Drey Mark

Hey, I’m Drey I’m a freelance stylist, business owner and I work in the fashion closet at the online fashion destination Net-a-Porter during the week

Being a freelance stylist – I started styling pretty much straight out of college, I decided not to go to university at the time as I thought a gap year was what I needed but in that gap year I discovered what I loved – fashion. 

I started assisting/interning any way and anywhere I could; 

Now magazine 

I heart studios 

Fashion week 

Assisting stylists etc 

The stylist I was assisting at the time told me to start a blog that covers fashion news, tips etc and so I did. This was around the time blackberries were losing their allure and iPhones started to become the main phone to have – and in came Instagram. 

I started posting my outfits and got great feedback. 

I began getting booked to do my own shoots, working with celebrities, editorials etc. 

I went through a period in my life where I stopped using social media I kind of became out of touch with it all and lost the passion & confidence I once had for sharing looks – if there’s one thing I want you to learn from me today it’s consistency – remain consistent in everything. Thankfully today I’ve regained the confidence to start posting on my socials and sharing my passion with people who follow me for style ideas, and I couldn’t be happier. 

My business – I started my brand Stylefixxjewellery in 2016 simply because I’m a fan of dainty jewellery and time would often get asked where my jewellery was from, a lot of it was high street jewellery and would be sold out before the person could buy it, that’s what pushed me to start my own online jewellery business. 

So far it has been amazing, SF has been seen on BBC Joolz Holland, featured in fashionbombdaily, Grazia and I’ve had the chance to collaborate with many beautiful influencers. 

L’s – Marketing by collaboration: 

Although I’ve had the opportunity to collaborate with really amazing bloggers, I’ve also had my fair share of losses in which I’ve literally sent out stock to people who were unable to fulfil their end of the contract – advice I’ll give to anybody starting out and selling a product.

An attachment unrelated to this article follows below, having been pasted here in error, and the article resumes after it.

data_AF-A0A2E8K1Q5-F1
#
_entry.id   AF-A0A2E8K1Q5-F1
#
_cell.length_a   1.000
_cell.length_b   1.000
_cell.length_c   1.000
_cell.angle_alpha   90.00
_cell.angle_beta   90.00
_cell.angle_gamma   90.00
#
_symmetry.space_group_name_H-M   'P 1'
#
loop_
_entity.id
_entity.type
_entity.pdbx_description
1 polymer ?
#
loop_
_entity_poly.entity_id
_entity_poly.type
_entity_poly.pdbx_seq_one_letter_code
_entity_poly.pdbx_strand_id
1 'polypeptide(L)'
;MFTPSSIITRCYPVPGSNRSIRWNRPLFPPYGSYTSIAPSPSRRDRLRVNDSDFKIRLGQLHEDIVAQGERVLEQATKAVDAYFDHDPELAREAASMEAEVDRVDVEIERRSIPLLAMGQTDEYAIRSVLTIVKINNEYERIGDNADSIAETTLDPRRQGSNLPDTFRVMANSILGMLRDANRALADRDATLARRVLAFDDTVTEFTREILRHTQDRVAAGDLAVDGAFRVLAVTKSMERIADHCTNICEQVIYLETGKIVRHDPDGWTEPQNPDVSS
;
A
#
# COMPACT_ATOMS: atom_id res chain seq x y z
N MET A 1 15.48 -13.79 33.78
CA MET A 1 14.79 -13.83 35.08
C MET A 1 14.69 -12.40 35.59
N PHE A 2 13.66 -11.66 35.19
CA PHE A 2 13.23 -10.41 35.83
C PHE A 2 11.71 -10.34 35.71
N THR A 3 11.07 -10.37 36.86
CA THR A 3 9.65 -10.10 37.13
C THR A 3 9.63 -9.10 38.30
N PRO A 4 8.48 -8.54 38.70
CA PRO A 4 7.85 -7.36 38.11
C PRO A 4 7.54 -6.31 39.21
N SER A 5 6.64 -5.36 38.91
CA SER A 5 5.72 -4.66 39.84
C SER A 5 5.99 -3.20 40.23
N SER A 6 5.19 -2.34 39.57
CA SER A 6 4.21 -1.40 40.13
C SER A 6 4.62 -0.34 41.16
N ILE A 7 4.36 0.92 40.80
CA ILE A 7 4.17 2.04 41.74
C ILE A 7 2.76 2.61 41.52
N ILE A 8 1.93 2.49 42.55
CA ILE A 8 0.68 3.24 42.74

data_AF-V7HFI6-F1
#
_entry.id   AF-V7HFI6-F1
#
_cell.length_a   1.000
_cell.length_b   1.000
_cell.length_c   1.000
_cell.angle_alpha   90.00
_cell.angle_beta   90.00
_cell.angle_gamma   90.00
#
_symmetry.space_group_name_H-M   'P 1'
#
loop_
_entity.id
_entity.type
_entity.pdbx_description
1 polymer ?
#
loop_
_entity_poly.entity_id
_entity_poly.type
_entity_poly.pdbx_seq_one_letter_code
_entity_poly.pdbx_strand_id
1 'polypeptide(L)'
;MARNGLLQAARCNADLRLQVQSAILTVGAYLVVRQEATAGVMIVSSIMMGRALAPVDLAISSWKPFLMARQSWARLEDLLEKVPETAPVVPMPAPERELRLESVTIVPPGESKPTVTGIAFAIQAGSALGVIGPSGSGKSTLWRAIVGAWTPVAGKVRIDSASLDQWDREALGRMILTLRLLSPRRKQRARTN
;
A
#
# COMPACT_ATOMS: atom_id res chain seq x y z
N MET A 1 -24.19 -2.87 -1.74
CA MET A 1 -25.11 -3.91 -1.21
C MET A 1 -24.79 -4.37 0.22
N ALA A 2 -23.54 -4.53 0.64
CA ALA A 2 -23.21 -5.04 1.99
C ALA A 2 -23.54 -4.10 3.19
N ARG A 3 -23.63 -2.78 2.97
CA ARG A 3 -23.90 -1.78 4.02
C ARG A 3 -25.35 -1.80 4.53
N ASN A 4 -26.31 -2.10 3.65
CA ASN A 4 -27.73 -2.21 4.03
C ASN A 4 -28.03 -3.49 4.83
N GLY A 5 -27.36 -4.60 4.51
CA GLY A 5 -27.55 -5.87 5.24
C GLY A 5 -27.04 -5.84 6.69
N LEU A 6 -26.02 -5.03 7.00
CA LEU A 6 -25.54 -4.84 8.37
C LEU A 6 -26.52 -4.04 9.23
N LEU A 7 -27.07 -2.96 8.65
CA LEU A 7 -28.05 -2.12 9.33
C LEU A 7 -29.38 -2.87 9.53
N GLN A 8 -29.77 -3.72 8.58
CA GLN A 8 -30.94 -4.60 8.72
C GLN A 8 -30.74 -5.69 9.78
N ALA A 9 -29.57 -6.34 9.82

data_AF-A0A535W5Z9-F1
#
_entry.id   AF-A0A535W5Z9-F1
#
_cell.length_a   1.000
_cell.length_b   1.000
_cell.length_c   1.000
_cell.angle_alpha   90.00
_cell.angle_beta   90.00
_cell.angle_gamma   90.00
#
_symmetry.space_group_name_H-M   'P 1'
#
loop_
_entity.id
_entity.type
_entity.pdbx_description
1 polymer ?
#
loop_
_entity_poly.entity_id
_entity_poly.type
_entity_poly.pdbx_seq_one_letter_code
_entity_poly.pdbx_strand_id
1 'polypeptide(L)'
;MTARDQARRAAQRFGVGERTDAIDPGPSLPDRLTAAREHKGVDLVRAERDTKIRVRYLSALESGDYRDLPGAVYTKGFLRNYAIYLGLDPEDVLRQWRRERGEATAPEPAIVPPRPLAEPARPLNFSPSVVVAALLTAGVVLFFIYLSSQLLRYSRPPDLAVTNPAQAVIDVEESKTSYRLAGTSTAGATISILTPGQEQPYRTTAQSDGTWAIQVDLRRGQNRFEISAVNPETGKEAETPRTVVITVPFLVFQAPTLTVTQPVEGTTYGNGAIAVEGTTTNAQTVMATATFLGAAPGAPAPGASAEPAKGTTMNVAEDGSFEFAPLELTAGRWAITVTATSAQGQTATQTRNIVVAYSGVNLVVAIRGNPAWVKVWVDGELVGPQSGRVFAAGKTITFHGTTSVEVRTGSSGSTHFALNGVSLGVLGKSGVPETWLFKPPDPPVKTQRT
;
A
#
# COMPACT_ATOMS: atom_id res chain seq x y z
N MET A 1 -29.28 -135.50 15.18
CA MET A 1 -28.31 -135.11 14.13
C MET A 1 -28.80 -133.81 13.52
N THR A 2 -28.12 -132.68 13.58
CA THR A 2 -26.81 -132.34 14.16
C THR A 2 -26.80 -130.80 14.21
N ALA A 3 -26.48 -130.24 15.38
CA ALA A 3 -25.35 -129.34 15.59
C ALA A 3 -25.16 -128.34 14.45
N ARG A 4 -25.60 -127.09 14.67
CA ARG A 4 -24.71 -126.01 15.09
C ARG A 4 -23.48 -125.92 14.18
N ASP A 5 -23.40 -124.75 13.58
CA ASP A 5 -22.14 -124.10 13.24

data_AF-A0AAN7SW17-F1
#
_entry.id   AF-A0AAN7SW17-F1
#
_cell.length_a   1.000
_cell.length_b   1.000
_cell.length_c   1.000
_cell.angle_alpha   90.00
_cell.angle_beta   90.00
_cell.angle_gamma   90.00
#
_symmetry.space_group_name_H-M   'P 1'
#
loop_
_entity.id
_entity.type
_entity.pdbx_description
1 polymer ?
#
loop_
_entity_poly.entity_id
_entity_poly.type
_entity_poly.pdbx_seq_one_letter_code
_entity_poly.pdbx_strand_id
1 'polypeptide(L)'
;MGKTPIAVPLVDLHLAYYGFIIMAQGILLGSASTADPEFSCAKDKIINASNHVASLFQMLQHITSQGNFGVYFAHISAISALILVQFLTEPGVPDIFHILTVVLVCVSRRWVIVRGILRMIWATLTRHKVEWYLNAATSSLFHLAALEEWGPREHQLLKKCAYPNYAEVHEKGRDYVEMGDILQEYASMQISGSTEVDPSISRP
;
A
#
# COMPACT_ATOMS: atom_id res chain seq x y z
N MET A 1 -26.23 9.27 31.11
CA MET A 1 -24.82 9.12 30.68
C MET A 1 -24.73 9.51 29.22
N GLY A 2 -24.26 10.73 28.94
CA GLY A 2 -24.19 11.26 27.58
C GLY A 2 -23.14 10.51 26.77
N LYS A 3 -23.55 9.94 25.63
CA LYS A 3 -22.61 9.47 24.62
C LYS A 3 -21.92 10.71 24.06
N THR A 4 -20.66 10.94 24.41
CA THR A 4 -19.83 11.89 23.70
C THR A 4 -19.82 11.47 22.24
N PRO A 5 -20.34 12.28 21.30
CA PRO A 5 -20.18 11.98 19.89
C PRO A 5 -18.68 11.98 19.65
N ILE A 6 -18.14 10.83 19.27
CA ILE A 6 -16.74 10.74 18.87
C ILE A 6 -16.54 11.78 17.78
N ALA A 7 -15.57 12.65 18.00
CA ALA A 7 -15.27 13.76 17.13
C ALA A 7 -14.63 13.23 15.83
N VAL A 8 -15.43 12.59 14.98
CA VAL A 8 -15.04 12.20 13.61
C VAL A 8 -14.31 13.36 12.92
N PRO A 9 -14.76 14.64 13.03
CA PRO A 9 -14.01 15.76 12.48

• Typically, in the beginning you may not start with 1000 units and so you want to minimise stock loss as much as you can. 

When collaborating don’t just go for bloggers with numbers, do they interact well with all their followers?

Are they influential?

  • Draft up a contract, so everybody understands what is expected. 
  • Majority of influencers/bloggers require payment so make sure you’re not wasting product and money and do your proper research on those you want to collaborate with before going forward. 

Working for a fashion brand also pushes me to keep going in the direction I am headed, it’s good to be around likeminded people who keep you motivated, I understand it is not easy at all getting a job in fashion especially being a black woman, trust me!! I know (I’ve worked at many places before this non-fashion related) but continue to be persistent especially if it’s something you know you truly want.

You can follow Drey to get style inspo on Instagram using the links below!

thestylefixx.co.uk

@dreystyles 

The Main Squeeze: Man Like Mike

How did you get into design?

It all started when I was studying GCSE graphic design. I picked coursework topic on branding. I learned how to use Adobe Illustrator and ABUSED the hell out of gradients and all the other weird and wonderful tools I had picked up. My project looked like Word Art but at the time, I was so proud of it.

I continued playing around with the different mediums into university and, of course, after I graduated.

Coming from a non-design background, how did you start building your portfolio? 

I kind of fell into being a “designer” when I started university. I joined two societies, and was appointed ‘Society Media Officer’. I was also a part of the photography team at my church, which I used to experiment a lot. From then on it was down to word of mouth, which inspired the birth of my YouTube channel.

Do you prefer to have full creative control, or when a client knows exactly what they’re going for?

Hmm… it depends. I need to have a balance. If they have no idea, it can be a bit confusing because my mind goes blank. There are so many ways to approach different concepts, so it’s harder for everybody when I don’t have any idea of how they’d like it. I can think of something, hand it over to the client, and they may end up not liking it like “this” – I always want them to be satisfied, so I ensure I guide them on the thought process.

There is beauty in having constraints. I like to educate them through my thought process, which influences creative concepts that we can eventually agree on. Sometimes some people need that jumpstart! I can then start thinking of a set colour scheme and styles (classy or chill, formal or informal).

On the other hand, when there is too little room for my creative input, it can start to feel like I am being micro managed. As much as I love trying new things, I think that sometimes if what the client is asking is too far from what you deliver, it’s best to refer them to someone that specialises in that niche. For example, I prefer using different mediums (photography and design) to tell a story. Other designer prefer illustrations, and can deliver those project much better than I would.

How do you deal with creative blocks?

God! He is the creator, and everything I do is in his hands. He is my main inspiration, so whenever my mind is blank I know it’s time to sit down with him.